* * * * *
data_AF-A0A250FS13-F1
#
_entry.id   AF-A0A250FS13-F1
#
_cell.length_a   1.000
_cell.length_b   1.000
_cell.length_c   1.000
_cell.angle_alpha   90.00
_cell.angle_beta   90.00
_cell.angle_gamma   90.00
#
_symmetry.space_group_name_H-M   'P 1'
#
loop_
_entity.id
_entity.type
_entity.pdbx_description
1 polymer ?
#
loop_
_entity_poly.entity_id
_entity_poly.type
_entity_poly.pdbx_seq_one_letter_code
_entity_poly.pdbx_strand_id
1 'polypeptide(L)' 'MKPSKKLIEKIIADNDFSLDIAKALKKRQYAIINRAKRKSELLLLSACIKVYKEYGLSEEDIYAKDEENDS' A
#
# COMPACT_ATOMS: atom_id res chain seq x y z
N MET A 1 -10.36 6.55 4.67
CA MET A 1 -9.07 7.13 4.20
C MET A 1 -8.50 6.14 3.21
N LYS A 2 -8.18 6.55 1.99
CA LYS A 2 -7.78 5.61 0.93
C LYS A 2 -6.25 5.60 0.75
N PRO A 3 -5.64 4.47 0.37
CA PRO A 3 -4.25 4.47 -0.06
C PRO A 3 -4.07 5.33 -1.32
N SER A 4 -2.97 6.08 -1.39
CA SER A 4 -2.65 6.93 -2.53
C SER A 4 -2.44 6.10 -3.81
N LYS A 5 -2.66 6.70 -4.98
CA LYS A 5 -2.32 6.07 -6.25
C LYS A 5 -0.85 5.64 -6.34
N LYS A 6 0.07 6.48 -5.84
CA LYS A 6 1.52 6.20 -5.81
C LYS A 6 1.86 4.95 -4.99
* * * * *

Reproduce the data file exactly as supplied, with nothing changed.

data_AF-A0A250FS13-F1
#
_entry.id   AF-A0A250FS13-F1
#
_cell.length_a   1.000
_cell.length_b   1.000
_cell.length_c   1.000
_cell.angle_alpha   90.00
_cell.angle_beta   90.00
_cell.angle_gamma   90.00
#
_symmetry.space_group_name_H-M   'P 1'
#
loop_
_entity.id
_entity.type
_entity.pdbx_description
1 polymer ?
#
loop_
_entity_poly.entity_id
_entity_poly.type
_entity_poly.pdbx_seq_one_letter_code
_entity_poly.pdbx_strand_id
1 'polypeptide(L)' 'MKPSKKLIEKIIADNDFSLDIAKALKKRQYAIINRAKRKSELLLLSACIKVYKEYGLSEEDIYAKDEENDS' A
#
# COMPACT_ATOMS: atom_id res chain seq x y z
N MET A 1 -10.36 6.55 4.67
CA MET A 1 -9.07 7.13 4.20
C MET A 1 -8.50 6.14 3.21
N LYS A 2 -8.18 6.55 1.99
CA LYS A 2 -7.78 5.61 0.93
C LYS A 2 -6.25 5.60 0.75
N PRO A 3 -5.64 4.47 0.37
CA PRO A 3 -4.25 4.47 -0.06
C PRO A 3 -4.07 5.33 -1.32
N SER A 4 -2.97 6.08 -1.39
CA SER A 4 -2.65 6.93 -2.53
C SER A 4 -2.44 6.10 -3.81
N LYS A 5 -2.66 6.70 -4.98
CA LYS A 5 -2.32 6.07 -6.25
C LYS A 5 -0.85 5.64 -6.34
N LYS A 6 0.07 6.48 -5.84
CA LYS A 6 1.52 6.20 -5.81
C LYS A 6 1.86 4.95 -4.99